- , COLOSSALColossal is an ordinary word used by ordinary people, even though it doesn't describe ordinary things. Its meaning, of course, is enormous in size, extent, or degree. Its closest synonym is gigantic. In ancient times the Colossus referred to the bronze Colossus of Rhodes, a representation of the sun god Helios, built to commemorate the successful defense of Rhodes against King Demetrius Poliorcetes of Macedonia in 305 B.C. The Colossus was a huge statue erected across the entrance of the harbor of Rhodes. Pliny, the Roman historian, tells us that the statue was 70 cubits or more high, which, according to today's measurements, means that it reached 120 feet heavenward and was so large that ships could sail between its legs. The word Colossus (Latin, from the Greek Kolossos, "large") referred only to the Colossus of Rhodes, one of the Seven Wonders of the Ancient World. English has acquired the word colossal from this humongous figure designed in 280 B.C. by a sculptor named Chares. In 224 B.C. disaster beset this monumental artwork when an earthquake toppled it.Shakespeare's Julius Caesar immortalized this ancient statue when Cassius described the title character to Brutus: Why, man, he doth bestride the narrow world Like a Colossus; and we petty men Walk under his high legs, and peep about To find ourselves dishonorable graves.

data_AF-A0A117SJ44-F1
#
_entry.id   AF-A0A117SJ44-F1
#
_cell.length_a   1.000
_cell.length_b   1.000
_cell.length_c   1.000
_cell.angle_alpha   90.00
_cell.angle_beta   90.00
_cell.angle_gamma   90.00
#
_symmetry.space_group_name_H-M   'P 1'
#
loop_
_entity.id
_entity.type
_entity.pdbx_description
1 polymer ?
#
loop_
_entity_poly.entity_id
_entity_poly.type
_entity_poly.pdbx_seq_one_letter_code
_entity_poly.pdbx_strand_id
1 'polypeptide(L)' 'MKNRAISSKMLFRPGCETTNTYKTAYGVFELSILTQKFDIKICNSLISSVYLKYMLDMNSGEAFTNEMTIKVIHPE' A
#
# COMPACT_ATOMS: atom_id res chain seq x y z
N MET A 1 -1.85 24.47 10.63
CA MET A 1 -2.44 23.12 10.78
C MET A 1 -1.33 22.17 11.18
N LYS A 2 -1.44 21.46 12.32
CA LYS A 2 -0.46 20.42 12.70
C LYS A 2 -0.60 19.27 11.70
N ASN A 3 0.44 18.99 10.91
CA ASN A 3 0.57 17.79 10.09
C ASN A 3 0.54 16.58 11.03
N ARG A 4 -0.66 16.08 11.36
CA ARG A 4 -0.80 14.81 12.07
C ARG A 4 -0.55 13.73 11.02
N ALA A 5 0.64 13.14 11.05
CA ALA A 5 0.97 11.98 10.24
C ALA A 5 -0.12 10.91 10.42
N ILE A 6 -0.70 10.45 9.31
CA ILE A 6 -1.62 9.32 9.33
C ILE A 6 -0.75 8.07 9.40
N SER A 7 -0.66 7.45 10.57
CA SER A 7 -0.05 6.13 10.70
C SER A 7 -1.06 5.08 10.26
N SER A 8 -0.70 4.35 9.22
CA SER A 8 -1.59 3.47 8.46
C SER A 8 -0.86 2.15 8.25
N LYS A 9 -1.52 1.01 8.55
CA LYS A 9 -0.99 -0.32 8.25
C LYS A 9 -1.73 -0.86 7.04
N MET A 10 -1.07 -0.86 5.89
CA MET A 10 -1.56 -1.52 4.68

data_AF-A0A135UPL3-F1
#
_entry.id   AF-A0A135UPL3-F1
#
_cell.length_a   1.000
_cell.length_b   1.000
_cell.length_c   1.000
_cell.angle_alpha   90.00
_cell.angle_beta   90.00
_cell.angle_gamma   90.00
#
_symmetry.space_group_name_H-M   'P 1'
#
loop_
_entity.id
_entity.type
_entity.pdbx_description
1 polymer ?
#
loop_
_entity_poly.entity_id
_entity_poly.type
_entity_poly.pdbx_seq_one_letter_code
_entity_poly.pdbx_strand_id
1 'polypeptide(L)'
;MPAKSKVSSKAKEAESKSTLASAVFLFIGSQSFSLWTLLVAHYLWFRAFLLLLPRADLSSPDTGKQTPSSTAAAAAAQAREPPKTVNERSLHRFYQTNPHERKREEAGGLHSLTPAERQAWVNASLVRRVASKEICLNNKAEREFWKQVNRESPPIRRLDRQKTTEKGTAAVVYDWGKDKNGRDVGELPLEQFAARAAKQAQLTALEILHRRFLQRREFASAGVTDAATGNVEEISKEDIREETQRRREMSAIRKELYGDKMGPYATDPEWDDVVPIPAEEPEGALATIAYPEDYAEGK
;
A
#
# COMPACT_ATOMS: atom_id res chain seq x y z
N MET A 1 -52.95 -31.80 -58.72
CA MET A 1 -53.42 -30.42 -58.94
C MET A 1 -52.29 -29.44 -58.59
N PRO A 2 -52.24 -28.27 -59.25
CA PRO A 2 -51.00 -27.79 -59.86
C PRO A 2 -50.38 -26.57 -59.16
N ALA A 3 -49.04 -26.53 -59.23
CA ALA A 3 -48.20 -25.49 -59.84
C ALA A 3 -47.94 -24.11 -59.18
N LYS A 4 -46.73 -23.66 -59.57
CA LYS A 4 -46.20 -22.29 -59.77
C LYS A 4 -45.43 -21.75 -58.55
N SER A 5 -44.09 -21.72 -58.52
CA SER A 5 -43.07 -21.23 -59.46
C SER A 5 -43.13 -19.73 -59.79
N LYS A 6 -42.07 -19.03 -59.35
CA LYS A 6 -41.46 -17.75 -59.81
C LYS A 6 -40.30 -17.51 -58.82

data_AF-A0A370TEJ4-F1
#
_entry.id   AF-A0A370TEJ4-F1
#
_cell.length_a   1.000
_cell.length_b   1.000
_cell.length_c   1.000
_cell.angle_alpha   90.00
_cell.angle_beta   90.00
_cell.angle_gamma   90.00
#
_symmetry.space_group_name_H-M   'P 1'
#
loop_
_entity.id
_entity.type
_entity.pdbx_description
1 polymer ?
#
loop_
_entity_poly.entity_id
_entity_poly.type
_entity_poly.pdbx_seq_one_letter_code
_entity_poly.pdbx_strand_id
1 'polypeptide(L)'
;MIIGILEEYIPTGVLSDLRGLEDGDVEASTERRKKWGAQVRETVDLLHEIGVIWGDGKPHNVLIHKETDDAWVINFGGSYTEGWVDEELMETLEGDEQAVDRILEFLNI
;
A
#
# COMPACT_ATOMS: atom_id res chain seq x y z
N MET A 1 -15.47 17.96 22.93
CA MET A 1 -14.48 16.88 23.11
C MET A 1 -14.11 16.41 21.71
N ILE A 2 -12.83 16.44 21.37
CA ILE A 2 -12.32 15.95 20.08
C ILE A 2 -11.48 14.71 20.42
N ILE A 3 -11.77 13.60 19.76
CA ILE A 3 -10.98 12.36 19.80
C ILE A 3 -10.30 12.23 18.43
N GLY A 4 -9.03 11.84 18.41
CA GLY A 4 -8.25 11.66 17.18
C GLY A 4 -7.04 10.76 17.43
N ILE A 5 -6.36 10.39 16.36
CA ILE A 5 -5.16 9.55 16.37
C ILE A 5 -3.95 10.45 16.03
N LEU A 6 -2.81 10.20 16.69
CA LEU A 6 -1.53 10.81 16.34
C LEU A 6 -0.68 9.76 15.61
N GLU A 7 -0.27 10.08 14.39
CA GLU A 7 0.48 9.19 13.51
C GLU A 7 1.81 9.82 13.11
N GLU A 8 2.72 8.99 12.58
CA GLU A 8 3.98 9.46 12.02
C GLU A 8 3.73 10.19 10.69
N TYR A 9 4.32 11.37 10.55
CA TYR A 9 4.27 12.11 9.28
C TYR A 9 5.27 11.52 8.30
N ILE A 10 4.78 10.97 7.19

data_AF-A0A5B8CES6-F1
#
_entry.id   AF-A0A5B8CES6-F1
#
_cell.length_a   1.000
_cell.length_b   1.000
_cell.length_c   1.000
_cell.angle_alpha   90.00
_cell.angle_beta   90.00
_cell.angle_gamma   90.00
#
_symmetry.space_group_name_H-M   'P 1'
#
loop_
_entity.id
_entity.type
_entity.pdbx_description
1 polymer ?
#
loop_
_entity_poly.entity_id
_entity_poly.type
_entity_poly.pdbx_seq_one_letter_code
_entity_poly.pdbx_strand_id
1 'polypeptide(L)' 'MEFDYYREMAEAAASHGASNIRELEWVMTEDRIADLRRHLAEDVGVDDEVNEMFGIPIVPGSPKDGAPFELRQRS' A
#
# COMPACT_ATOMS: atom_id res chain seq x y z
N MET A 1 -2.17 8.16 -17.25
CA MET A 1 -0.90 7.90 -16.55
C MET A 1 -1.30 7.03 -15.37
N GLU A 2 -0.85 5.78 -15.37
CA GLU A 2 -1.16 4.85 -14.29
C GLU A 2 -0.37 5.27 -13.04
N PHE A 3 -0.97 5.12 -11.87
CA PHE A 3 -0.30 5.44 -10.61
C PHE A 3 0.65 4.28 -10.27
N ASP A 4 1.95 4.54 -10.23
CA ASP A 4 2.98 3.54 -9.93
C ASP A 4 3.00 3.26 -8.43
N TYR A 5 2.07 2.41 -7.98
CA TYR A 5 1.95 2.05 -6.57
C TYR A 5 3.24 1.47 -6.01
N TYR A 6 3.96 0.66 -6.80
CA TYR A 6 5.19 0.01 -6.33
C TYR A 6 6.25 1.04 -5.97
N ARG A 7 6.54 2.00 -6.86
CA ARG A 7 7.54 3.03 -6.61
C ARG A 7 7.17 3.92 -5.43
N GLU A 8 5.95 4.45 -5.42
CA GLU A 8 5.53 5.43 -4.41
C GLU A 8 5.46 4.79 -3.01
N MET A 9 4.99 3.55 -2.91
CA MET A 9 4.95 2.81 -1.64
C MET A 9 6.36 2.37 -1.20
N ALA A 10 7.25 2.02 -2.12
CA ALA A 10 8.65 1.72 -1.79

Dictionary of eponyms. Morton S. Freeman. 2013.